Regional air regulators step up efforts to shutter Exide's operations in Vernon

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Pointing to numerous violations of lead pollution standards at the Exide Technologies battery recycling plant even while it's closed, regulators at the South Coast Air Quality Management District are asking their independent review board to halt maintenance work at the Vernon facility. 

Exide has been shuttered since March 14th, while the company seeks to upgrade pollution control equipment. But the AQMD has issued seven notices of violations just this week, indicating that an ambient monitoring station recorded lead concentration in the air at levels higher than permitted for a 30-day rolling average. Air officials called one of the violations "knowing, willful and intentional."

“Exide’s facility is so contaminated with lead that they are causing violations of our ambient lead standard at an on-site monitor even when the plant is not operating,” said Barry Wallerstein, AQMD’s executive officer, in a written release. “For this reason, Exide needs to treat its plant like a hazardous waste site during maintenance and renovation work.”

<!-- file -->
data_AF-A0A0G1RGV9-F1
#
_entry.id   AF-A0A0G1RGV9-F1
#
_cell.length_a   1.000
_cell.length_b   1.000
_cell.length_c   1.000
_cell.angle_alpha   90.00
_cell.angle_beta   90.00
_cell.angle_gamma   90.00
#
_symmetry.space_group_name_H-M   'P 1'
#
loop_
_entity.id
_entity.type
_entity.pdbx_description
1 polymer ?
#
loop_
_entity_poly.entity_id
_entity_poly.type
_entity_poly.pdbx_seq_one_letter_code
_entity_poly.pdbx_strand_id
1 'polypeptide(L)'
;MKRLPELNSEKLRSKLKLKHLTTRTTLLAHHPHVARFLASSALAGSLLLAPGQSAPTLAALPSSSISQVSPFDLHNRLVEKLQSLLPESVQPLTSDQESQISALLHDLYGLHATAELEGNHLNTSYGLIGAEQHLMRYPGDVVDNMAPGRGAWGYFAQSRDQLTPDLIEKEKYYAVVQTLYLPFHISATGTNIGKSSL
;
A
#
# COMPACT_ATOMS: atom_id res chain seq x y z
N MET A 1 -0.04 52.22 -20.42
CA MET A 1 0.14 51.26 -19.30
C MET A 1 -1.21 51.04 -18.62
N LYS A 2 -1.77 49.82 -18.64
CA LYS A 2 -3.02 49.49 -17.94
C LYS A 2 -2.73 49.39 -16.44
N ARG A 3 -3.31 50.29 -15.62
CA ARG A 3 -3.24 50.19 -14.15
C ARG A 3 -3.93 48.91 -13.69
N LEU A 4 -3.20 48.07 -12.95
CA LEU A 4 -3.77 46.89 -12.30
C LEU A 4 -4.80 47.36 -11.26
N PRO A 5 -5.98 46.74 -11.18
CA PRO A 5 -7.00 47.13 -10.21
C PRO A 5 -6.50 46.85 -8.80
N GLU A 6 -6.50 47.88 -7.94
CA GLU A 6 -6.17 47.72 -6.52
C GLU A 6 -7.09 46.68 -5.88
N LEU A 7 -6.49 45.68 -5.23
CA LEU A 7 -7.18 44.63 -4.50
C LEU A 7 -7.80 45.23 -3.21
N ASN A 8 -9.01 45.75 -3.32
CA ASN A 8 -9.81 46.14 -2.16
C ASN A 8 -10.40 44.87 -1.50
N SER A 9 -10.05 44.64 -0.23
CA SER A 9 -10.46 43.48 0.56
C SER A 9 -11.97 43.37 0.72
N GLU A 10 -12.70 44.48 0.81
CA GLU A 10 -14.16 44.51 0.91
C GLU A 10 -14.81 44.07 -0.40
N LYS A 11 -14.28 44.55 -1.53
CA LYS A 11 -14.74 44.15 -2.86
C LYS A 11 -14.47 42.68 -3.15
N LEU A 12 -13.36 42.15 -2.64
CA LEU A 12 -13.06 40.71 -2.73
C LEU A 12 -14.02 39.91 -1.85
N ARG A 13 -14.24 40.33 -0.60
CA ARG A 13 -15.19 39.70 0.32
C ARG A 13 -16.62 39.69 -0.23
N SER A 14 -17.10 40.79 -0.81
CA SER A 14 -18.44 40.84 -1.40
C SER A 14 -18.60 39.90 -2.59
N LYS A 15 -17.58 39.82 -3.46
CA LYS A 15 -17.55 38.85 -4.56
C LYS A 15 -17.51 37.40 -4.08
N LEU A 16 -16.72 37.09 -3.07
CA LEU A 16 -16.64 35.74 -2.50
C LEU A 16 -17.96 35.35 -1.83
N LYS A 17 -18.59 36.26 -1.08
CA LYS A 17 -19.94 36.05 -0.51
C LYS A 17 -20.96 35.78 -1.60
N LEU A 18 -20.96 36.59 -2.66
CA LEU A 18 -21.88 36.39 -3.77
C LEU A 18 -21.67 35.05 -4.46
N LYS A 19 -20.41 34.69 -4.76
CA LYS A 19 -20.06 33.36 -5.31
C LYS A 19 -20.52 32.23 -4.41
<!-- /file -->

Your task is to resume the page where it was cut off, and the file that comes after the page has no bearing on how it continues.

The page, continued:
RELATED: Exide Technologies FAQ: Everything you need to know about recycling lead batteries in LA

Maintenance work began at Exide March 22. Since that time, air regulators have issued more than a dozen and a half notices that the company's operations were sending illegal amounts of lead into the air around the plant. 

Exide has sought to delay installation of pollution control devices, which are aimed at reducing the amount of arsenic released during its smelting operations. The deadline for that upgrade was April 10. Earlier this week, two such attempts by Exide to delay that deadline failed - one in court, one at the AQMD's hearing board.

RELATED: TIMELINE: Exide's run-ins with regulators

Calls and emails to representatives for Exide were not returned.

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